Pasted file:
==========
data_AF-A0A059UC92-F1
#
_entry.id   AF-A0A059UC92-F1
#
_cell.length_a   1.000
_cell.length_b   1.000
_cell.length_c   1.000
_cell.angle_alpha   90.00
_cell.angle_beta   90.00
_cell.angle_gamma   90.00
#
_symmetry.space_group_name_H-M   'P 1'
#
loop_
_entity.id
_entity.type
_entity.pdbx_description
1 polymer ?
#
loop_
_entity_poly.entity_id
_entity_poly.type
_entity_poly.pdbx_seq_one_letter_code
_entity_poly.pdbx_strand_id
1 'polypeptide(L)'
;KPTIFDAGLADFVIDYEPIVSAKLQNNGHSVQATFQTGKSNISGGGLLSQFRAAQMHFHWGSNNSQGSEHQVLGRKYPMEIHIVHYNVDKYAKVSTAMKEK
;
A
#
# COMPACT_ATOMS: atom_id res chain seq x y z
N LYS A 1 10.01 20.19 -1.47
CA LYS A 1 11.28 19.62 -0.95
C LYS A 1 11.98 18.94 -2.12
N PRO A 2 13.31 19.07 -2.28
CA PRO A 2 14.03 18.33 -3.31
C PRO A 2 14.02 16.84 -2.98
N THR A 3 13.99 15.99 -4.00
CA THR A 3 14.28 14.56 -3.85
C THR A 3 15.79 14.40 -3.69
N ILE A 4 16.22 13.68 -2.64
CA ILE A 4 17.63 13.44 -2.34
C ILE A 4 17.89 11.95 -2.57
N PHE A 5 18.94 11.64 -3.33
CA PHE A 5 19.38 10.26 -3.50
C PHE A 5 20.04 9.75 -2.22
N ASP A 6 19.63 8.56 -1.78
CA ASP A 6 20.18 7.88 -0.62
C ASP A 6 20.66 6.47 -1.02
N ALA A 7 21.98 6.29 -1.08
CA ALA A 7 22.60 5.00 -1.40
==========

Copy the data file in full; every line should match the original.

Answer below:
data_AF-A0A059UC92-F1
#
_entry.id   AF-A0A059UC92-F1
#
_cell.length_a   1.000
_cell.length_b   1.000
_cell.length_c   1.000
_cell.angle_alpha   90.00
_cell.angle_beta   90.00
_cell.angle_gamma   90.00
#
_symmetry.space_group_name_H-M   'P 1'
#
loop_
_entity.id
_entity.type
_entity.pdbx_description
1 polymer ?
#
loop_
_entity_poly.entity_id
_entity_poly.type
_entity_poly.pdbx_seq_one_letter_code
_entity_poly.pdbx_strand_id
1 'polypeptide(L)'
;KPTIFDAGLADFVIDYEPIVSAKLQNNGHSVQATFQTGKSNISGGGLLSQFRAAQMHFHWGSNNSQGSEHQVLGRKYPMEIHIVHYNVDKYAKVSTAMKEK
;
A
#
# COMPACT_ATOMS: atom_id res chain seq x y z
N LYS A 1 10.01 20.19 -1.47
CA LYS A 1 11.28 19.62 -0.95
C LYS A 1 11.98 18.94 -2.12
N PRO A 2 13.31 19.07 -2.28
CA PRO A 2 14.03 18.33 -3.31
C PRO A 2 14.02 16.84 -2.98
N THR A 3 13.99 15.99 -4.00
CA THR A 3 14.28 14.56 -3.85
C THR A 3 15.79 14.40 -3.69
N ILE A 4 16.22 13.68 -2.64
CA ILE A 4 17.63 13.44 -2.34
C ILE A 4 17.89 11.95 -2.57
N PHE A 5 18.94 11.64 -3.33
CA PHE A 5 19.38 10.26 -3.50
C PHE A 5 20.04 9.75 -2.22
N ASP A 6 19.63 8.56 -1.78
CA ASP A 6 20.18 7.88 -0.62
C ASP A 6 20.66 6.47 -1.02
N ALA A 7 21.98 6.29 -1.08
CA ALA A 7 22.60 5.00 -1.40